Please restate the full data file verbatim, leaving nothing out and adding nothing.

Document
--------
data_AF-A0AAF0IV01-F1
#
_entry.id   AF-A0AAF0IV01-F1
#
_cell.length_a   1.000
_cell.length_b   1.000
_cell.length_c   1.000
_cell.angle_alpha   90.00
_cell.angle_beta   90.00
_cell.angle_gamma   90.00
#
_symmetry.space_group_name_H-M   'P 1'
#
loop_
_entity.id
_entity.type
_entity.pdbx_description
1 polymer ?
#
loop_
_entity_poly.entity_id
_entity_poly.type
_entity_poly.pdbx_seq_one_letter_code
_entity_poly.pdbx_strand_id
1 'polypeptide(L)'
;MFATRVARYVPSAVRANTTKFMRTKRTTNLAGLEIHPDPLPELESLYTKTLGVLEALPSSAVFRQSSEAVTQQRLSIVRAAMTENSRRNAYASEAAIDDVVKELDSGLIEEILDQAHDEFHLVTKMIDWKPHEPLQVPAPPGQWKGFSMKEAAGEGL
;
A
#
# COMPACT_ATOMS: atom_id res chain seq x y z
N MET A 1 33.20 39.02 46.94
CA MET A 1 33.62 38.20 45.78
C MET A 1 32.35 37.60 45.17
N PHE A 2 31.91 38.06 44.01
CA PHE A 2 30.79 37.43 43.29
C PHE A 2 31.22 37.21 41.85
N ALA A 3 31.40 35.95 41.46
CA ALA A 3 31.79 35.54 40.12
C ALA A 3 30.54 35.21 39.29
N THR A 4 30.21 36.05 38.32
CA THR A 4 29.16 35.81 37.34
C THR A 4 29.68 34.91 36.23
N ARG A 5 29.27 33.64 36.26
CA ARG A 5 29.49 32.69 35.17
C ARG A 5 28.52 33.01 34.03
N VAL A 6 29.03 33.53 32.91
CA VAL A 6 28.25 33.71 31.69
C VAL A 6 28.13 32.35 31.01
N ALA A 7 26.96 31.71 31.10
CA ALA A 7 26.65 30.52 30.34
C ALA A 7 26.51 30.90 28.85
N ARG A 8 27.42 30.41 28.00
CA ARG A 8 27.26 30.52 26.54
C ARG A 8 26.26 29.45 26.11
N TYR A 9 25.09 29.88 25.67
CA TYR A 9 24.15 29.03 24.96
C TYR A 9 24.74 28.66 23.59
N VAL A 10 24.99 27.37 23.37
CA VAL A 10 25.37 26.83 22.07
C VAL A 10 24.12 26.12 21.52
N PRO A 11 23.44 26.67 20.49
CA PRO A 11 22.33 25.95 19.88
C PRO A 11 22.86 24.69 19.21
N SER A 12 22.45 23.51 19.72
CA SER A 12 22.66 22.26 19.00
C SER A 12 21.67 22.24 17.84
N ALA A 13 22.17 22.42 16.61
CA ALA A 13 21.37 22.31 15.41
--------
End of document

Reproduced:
data_AF-A0AAF0IV01-F1
#
_entry.id   AF-A0AAF0IV01-F1
#
_cell.length_a   1.000
_cell.length_b   1.000
_cell.length_c   1.000
_cell.angle_alpha   90.00
_cell.angle_beta   90.00
_cell.angle_gamma   90.00
#
_symmetry.space_group_name_H-M   'P 1'
#
loop_
_entity.id
_entity.type
_entity.pdbx_description
1 polymer ?
#
loop_
_entity_poly.entity_id
_entity_poly.type
_entity_poly.pdbx_seq_one_letter_code
_entity_poly.pdbx_strand_id
1 'polypeptide(L)'
;MFATRVARYVPSAVRANTTKFMRTKRTTNLAGLEIHPDPLPELESLYTKTLGVLEALPSSAVFRQSSEAVTQQRLSIVRAAMTENSRRNAYASEAAIDDVVKELDSGLIEEILDQAHDEFHLVTKMIDWKPHEPLQVPAPPGQWKGFSMKEAAGEGL
;
A
#
# COMPACT_ATOMS: atom_id res chain seq x y z
N MET A 1 33.20 39.02 46.94
CA MET A 1 33.62 38.20 45.78
C MET A 1 32.35 37.60 45.17
N PHE A 2 31.91 38.06 44.01
CA PHE A 2 30.79 37.43 43.29
C PHE A 2 31.22 37.21 41.85
N ALA A 3 31.40 35.95 41.46
CA ALA A 3 31.79 35.54 40.12
C ALA A 3 30.54 35.21 39.29
N THR A 4 30.21 36.05 38.32
CA THR A 4 29.16 35.81 37.34
C THR A 4 29.68 34.91 36.23
N ARG A 5 29.27 33.64 36.26
CA ARG A 5 29.49 32.69 35.17
C ARG A 5 28.52 33.01 34.03
N VAL A 6 29.03 33.53 32.91
CA VAL A 6 28.25 33.71 31.69
C VAL A 6 28.13 32.35 31.01
N ALA A 7 26.96 31.71 31.10
CA ALA A 7 26.65 30.52 30.34
C ALA A 7 26.51 30.90 28.85
N ARG A 8 27.42 30.41 28.00
CA ARG A 8 27.26 30.52 26.54
C ARG A 8 26.26 29.45 26.11
N TYR A 9 25.09 29.88 25.67
CA TYR A 9 24.15 29.03 24.96
C TYR A 9 24.74 28.66 23.59
N VAL A 10 24.99 27.37 23.37
CA VAL A 10 25.37 26.83 22.07
C VAL A 10 24.12 26.12 21.52
N PRO A 11 23.44 26.67 20.49
CA PRO A 11 22.33 25.95 19.88
C PRO A 11 22.86 24.69 19.21
N SER A 12 22.45 23.51 19.72
CA SER A 12 22.66 22.26 19.00
C SER A 12 21.67 22.24 17.84
N ALA A 13 22.17 22.42 16.61
CA ALA A 13 21.37 22.31 15.41